In the Name of My Daughter

Five years after The Girl on the Train, André Téchiné tackles another real-life cause célèbre in which the central transgression may never have occurred. Like Chabrol, his concern is less for the crimes, or paranoid accusations, than for the emotional and interpersonal tensions they incite.

The bulk of the film recounts events leading up to the 1977 disappearance of heiress Agnès Le Roux (Adèle Haenel). Her lover Maurice (Guillaume Canet), a lawyer who’d helped Agnès’s mother (Catherine Deneuve) take control of a casino and then dethroned her with help from Agnès, emigrated to Panama when she went missing. Agnès’s body was never discovered, but her fortune found its way into Maurice’s bank account.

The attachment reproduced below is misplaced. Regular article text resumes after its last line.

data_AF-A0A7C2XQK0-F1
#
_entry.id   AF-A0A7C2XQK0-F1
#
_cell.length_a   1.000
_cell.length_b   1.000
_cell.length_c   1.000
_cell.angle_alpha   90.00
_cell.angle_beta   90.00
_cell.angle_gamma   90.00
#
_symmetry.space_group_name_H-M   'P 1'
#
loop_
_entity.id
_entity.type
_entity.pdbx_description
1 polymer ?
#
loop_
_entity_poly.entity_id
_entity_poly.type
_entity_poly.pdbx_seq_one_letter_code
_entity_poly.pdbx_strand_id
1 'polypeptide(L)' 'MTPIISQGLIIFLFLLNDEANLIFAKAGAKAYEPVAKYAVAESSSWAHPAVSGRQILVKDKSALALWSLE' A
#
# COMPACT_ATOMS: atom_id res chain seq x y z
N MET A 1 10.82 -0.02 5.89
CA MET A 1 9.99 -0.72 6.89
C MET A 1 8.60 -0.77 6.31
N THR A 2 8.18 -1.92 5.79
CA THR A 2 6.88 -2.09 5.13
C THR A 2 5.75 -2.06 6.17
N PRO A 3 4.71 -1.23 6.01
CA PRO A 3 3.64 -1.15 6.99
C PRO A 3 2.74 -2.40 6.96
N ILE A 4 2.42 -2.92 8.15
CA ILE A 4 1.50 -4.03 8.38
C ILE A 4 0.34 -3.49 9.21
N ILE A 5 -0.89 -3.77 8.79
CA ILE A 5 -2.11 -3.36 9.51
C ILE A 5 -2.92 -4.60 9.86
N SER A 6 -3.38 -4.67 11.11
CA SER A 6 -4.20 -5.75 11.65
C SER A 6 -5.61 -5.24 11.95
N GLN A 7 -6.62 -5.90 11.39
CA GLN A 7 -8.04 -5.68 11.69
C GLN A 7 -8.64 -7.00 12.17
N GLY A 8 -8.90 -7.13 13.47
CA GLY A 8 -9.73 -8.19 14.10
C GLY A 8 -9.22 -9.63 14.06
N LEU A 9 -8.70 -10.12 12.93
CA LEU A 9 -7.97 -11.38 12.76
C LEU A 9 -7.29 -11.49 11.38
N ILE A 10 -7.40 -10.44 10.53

While most directors would mine a Gone Girl–esque thriller from Agnès’s disappearance, or at least venture a hypothesis on the cause (and veracity) of her death, Téchiné’s interest lies in the mechanics of manipulation—in depicting how each person in the focal trio betrayed one if not both of the others. However, once Agnès vanishes, the account turns perfunctory, as Téchiné skips forward 30 years to courtroom scenes offering little more than the sight of a frail, gray-haired Deneuve, as Madame Le Roux, denouncing Maurice (with Canet unconvincingly aged).

But for most of the run time, Téchiné exhibits masterful control, dispensing psychological details even as he withholds narrative ones. And Haenel’s impassioned performance never lets us forget the woman around whom the machinations play out.